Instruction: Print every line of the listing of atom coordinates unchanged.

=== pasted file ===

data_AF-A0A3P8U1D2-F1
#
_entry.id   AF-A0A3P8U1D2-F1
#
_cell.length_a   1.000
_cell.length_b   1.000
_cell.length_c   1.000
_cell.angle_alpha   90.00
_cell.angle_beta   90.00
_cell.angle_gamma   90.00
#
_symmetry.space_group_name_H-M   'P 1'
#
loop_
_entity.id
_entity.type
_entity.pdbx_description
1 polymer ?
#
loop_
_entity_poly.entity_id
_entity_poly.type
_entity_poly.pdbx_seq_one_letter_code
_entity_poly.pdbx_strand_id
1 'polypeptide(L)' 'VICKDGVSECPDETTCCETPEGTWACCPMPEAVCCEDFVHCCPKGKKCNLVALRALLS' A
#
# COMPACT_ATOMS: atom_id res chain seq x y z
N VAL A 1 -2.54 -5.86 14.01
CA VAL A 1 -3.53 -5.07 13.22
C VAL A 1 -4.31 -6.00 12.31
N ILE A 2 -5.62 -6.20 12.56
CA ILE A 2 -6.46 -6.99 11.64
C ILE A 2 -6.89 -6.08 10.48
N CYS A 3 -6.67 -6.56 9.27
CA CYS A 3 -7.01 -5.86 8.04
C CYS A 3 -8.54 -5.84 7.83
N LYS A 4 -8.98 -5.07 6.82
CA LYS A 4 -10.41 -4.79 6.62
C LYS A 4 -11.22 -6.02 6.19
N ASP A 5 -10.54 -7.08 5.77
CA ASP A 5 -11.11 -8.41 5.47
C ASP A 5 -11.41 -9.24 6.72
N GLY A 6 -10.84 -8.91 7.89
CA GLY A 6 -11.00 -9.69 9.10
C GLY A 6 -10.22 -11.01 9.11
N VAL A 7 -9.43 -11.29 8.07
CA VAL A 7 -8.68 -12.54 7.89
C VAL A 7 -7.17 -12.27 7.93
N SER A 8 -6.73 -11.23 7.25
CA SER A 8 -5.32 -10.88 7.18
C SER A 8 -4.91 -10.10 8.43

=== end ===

data_AF-A0A3P8U1D2-F1
#
_entry.id   AF-A0A3P8U1D2-F1
#
_cell.length_a   1.000
_cell.length_b   1.000
_cell.length_c   1.000
_cell.angle_alpha   90.00
_cell.angle_beta   90.00
_cell.angle_gamma   90.00
#
_symmetry.space_group_name_H-M   'P 1'
#
loop_
_entity.id
_entity.type
_entity.pdbx_description
1 polymer ?
#
loop_
_entity_poly.entity_id
_entity_poly.type
_entity_poly.pdbx_seq_one_letter_code
_entity_poly.pdbx_strand_id
1 'polypeptide(L)' 'VICKDGVSECPDETTCCETPEGTWACCPMPEAVCCEDFVHCCPKGKKCNLVALRALLS' A
#
# COMPACT_ATOMS: atom_id res chain seq x y z
N VAL A 1 -2.54 -5.86 14.01
CA VAL A 1 -3.53 -5.07 13.22
C VAL A 1 -4.31 -6.00 12.31
N ILE A 2 -5.62 -6.20 12.56
CA ILE A 2 -6.46 -6.99 11.64
C ILE A 2 -6.89 -6.08 10.48
N CYS A 3 -6.67 -6.56 9.27
CA CYS A 3 -7.01 -5.86 8.04
C CYS A 3 -8.54 -5.84 7.83
N LYS A 4 -8.98 -5.07 6.82
CA LYS A 4 -10.41 -4.79 6.62
C LYS A 4 -11.22 -6.02 6.19
N ASP A 5 -10.54 -7.08 5.77
CA ASP A 5 -11.11 -8.41 5.47
C ASP A 5 -11.41 -9.24 6.72
N GLY A 6 -10.84 -8.91 7.89
CA GLY A 6 -11.00 -9.69 9.10
C GLY A 6 -10.22 -11.01 9.11
N VAL A 7 -9.43 -11.29 8.07
CA VAL A 7 -8.68 -12.54 7.89
C VAL A 7 -7.17 -12.27 7.93
N SER A 8 -6.73 -11.23 7.25
CA SER A 8 -5.32 -10.88 7.18
C SER A 8 -4.91 -10.10 8.43